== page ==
To reduce the prevalence of tobacco use in Singapore, HPB adopts a multi-pronged approach which includes a comprehensive mix of strategies such as public education, provision of smoking cessation services, legislation controlling tobacco advertising, sales of cigarettes to minors and taxation.

Tobacco taxation 

The Health Promotion Board plays an active role in advocating and recommending tobacco taxation strategies, and works in partnership with the Ministry of Health and Ministry of Finance on a regular basis. Taxation has been shown to be a cost-effective strategy to reduce smoking prevalence rates. A study by the World Bank showed that for every 10% increase in the real inflation-adjusted price, there will be a decrease in the consumption of cigarettes by 2% - 8%. Local data has shown that increasing cigarette prices correspond to a decreasing per capita consumption.

Tobacco taxes have been implemented since the 1980s to discourage non-smokers from picking up the smoking habit, and to encourage current smokers to stop or smoke less. The current cigarette tax is $0.427 per stick of 1g or below, and an additional $0.427 per stick of 1g for each additional 1g or part thereof.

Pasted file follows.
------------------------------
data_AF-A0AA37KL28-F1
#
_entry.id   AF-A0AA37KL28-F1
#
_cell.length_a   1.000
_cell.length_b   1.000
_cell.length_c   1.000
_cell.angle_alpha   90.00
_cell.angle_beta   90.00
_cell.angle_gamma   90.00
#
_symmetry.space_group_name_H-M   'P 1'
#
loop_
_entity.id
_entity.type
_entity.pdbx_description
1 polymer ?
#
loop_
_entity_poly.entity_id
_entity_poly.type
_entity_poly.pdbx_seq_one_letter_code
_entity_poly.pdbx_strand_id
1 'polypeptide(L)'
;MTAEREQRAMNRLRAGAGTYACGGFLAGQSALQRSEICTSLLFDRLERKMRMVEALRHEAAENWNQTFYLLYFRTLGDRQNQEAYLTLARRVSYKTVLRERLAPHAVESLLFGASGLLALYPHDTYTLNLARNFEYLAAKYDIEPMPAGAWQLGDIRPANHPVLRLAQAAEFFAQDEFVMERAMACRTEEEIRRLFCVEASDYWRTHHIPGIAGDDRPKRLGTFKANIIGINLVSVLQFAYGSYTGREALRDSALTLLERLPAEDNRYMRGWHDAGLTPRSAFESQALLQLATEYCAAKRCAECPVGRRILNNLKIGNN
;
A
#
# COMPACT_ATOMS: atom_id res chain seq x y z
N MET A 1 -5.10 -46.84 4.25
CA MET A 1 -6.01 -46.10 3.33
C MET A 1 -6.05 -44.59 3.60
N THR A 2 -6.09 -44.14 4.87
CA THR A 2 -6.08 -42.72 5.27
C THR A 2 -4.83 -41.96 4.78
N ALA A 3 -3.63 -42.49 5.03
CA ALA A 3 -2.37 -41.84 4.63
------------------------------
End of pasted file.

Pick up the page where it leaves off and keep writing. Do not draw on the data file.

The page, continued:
Tobacco control legislation

Legislative measures, started in the early 1970s, undergo regular reviews to incorporate the best international practices, as well as to keep up with social behaviour trends among Singaporeans. The two main legislation instruments are:

1. The Tobacco (Control of Advertisements and Sale of Tobacco) Act (enforced by the Health Sciences Authority), which includes:

  • Prohibiting tobacco advertisements and promotion.
  • Mandatory rotation of graphic health warnings on tobacco products.
  • Limiting the tar and nicotine levels of cigarettes sold locally.
  • Prohibiting the use of tobacco products by persons below 18 years of age.
  • Prohibiting the sale/supply of tobacco to these under-aged youths.

In July 2010, the Parliament passed the Amendment Bill to the Smoking (Control of Advertisements and Sale of Tobacco) Act which was subsequently renamed as the Tobacco (Control of Advertisements and Sale) Act. Recent amendments aim to strengthen Singapore's tobacco control efforts include:

  • In 2013, Singapore banned misleading descriptors such as "mild", "low tar" and "ultra-light".
  • In 2017, Singapore implemented a point-of-sale display ban for tobacco products, and banned the purchase, use and possession of imitation tobacco products.
  • From 2019 to 2021, Singapore progressively raised the minimum legal age at which tobacco products can be purchased from 18 years to 21 years of age.